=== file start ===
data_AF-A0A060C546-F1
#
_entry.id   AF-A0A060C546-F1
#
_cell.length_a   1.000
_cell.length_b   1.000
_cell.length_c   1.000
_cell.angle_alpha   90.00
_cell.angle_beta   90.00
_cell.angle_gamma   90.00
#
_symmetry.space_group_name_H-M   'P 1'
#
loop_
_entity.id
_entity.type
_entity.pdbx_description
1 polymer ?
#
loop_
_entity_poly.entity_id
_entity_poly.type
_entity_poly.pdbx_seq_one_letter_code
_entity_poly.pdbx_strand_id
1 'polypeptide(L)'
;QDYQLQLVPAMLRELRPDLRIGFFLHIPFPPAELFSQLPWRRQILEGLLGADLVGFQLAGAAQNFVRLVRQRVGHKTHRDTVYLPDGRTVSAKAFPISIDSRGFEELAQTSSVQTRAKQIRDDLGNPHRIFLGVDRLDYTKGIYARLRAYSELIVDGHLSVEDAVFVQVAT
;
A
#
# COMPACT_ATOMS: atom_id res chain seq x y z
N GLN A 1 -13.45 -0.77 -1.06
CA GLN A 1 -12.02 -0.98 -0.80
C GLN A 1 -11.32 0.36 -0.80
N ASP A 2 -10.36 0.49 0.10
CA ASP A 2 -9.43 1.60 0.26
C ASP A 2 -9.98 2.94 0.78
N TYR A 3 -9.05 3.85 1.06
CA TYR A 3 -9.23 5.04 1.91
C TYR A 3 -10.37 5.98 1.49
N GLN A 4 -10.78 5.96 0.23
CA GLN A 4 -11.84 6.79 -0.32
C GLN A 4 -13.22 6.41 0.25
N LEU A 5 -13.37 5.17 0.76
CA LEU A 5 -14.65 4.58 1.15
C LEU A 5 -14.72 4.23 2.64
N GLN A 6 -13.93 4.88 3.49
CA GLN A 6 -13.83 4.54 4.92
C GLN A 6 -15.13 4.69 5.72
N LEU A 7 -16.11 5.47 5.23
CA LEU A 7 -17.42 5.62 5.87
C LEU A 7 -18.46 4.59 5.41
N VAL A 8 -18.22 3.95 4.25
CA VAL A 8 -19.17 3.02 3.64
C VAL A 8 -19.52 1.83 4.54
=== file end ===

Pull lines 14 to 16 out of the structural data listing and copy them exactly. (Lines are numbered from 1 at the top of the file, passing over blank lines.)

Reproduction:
loop_
_entity.id
_entity.type